I can say as someone extremely knowledgeable about Republican and early Principate warfare, shield on shield pushing definitely wasn't preferred, as those shield styles (scutum and thureos variations of it) don't do well in that role because of the center shield boss/umbo. And their method of fighting, throwing pila and how they used swords required decent spacing between ranks and side to side, and space in the fore to attack enemy and spring back kind of like boxing, to have the maneuverability described by a few sources that describe a loose form of combat. But even with them it occasional morphed into really close and cramped fighting shield to shield with some shoving (though not as a true collective battle tactic, more as chance).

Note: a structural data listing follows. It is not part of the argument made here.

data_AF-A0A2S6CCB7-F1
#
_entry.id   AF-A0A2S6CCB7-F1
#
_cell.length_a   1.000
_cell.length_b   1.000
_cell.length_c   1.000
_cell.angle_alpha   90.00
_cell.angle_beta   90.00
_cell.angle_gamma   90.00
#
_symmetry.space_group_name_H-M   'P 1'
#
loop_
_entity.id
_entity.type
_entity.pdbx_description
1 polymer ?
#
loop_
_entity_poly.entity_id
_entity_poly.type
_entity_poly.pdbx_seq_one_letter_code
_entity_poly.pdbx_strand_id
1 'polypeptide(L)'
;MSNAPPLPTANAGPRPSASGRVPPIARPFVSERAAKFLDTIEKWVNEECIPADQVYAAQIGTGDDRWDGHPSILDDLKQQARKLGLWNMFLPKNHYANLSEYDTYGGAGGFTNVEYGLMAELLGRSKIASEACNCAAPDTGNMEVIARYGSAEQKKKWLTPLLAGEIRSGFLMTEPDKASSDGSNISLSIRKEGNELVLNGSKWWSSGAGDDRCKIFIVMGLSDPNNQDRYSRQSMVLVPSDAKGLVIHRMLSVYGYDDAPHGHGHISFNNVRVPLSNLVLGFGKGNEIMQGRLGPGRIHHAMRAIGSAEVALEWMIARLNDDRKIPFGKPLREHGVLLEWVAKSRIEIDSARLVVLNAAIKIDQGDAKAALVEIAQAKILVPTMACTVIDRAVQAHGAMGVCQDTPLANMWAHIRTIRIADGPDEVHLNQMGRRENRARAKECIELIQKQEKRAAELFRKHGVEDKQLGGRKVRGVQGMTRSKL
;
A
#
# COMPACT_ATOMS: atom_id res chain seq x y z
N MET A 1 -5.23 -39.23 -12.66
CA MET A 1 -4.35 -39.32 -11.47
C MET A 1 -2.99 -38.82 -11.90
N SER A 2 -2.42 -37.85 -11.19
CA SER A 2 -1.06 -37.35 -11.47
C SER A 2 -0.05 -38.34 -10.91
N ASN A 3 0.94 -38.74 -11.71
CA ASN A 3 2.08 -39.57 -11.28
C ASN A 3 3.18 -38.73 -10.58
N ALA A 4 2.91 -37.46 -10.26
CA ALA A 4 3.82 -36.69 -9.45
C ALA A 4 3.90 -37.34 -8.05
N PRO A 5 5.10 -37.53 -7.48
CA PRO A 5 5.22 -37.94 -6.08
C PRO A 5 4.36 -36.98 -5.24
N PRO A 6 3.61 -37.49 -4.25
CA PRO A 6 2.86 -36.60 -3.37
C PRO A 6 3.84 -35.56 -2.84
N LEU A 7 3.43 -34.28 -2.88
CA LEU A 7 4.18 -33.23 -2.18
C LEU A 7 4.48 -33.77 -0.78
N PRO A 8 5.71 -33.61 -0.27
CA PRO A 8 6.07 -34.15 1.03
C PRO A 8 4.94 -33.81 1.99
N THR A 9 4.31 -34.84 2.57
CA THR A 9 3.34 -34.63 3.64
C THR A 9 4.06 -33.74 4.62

I'm certainly no expert on hoplite warfare, but I can't imagine physical shoving matches being at all common in the context I'm more familiar with (warfare in the 7th-12th century central-eastern Mediterranean); most notably in that the shields were the wrong shape and the spears used were far too long to function in those kinds of close quarters (3.5 meters was the standard in the Byzantine military manuals), while I can't recall any mention of active pushing matches in the sources themselves. From what I know of it, hoplite warfare strikes me as one of the few contexts (perhaps alongside early medieval northern Europe?) in which shield pushing would work as an actual battle tactic, given the shield types, uniformity, and specific variety of spear, but I'm interested in the medieval examples you mentioned -- where and when do they come from?